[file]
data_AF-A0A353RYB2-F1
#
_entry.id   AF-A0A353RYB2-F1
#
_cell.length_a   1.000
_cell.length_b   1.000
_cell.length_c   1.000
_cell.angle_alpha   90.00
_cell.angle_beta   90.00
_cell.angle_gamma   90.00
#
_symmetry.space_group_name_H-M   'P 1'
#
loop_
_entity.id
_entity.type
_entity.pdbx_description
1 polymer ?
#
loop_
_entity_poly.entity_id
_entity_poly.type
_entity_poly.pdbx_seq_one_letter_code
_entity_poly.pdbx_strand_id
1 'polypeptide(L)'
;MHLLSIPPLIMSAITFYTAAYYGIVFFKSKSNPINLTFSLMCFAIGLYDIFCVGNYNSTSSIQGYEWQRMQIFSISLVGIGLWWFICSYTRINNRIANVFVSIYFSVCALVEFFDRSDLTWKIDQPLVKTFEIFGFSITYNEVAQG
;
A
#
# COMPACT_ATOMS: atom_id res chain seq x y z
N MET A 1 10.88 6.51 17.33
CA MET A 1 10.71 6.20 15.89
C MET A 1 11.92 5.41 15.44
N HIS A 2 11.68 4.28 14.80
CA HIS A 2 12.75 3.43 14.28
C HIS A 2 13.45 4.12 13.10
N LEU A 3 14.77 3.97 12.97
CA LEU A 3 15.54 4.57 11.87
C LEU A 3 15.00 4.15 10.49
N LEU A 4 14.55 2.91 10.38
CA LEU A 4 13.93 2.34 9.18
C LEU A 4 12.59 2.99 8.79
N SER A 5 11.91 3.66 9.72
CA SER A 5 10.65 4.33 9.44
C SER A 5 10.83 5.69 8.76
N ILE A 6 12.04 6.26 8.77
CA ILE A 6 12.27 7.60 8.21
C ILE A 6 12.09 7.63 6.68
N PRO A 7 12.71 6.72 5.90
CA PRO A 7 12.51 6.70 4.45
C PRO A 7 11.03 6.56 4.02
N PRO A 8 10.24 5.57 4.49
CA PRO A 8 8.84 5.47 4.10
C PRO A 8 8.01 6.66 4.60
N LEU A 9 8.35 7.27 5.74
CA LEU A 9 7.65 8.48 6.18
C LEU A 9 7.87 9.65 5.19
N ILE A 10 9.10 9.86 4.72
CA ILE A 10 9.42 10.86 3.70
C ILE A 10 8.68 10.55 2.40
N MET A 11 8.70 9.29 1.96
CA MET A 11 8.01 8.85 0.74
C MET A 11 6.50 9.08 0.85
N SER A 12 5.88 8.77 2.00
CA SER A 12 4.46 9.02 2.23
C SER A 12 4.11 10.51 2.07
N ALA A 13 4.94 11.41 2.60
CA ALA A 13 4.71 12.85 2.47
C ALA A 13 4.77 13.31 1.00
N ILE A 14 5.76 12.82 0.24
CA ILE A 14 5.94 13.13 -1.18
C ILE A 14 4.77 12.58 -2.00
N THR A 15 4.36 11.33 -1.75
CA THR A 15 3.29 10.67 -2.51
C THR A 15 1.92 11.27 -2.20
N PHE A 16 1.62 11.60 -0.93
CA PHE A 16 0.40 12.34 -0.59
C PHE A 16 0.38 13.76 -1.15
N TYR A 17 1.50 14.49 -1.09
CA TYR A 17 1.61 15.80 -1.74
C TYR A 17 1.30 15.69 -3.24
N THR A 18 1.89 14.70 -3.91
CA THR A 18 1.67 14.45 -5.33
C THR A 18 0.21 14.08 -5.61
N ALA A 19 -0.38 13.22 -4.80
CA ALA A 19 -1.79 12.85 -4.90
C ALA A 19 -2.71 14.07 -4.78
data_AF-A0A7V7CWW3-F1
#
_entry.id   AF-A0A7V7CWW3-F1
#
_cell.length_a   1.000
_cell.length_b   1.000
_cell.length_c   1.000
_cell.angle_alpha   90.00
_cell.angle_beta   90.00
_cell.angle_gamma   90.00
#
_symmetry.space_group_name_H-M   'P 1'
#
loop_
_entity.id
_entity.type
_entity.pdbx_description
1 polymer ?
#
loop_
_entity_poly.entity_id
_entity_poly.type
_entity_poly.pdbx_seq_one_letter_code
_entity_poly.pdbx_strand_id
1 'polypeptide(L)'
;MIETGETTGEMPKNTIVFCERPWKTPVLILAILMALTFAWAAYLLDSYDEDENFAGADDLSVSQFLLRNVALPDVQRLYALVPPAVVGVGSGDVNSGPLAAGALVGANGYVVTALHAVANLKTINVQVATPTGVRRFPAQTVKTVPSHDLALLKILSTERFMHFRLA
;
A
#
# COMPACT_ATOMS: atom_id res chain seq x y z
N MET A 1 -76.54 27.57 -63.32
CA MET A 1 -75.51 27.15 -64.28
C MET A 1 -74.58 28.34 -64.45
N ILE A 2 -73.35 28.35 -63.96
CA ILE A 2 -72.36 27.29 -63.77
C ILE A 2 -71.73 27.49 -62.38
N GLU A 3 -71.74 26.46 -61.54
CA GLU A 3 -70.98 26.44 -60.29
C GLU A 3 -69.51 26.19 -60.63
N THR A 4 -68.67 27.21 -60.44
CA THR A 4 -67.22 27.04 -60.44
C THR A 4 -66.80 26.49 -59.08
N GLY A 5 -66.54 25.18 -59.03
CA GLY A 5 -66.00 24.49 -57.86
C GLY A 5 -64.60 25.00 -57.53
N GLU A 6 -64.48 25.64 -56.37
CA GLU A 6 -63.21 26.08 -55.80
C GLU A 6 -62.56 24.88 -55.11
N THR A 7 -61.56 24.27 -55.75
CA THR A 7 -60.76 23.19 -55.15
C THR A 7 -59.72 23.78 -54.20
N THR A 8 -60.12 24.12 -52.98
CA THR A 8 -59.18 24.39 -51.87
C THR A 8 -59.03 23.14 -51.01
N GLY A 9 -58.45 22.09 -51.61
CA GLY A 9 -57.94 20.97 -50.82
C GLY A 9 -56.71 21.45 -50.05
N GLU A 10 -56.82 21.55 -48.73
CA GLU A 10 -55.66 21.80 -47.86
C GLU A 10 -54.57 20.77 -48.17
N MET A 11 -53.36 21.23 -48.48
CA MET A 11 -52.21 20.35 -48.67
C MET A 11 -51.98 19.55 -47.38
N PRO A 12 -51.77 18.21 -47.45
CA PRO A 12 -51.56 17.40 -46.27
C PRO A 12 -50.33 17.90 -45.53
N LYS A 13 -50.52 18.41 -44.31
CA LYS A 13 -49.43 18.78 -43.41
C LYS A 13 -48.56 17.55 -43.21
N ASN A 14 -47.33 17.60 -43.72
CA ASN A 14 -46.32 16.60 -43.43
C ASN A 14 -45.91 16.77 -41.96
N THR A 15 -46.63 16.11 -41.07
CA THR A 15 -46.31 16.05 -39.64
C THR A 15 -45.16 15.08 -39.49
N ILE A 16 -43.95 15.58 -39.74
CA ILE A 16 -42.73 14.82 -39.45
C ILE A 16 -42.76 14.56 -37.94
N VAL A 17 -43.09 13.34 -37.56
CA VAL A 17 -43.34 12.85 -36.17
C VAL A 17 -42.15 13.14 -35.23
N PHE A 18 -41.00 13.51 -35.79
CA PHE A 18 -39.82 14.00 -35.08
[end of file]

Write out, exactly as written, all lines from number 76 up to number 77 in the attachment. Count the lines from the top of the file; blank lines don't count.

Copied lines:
N PHE A 16 1.62 11.60 -0.93
CA PHE A 16 0.40 12.34 -0.59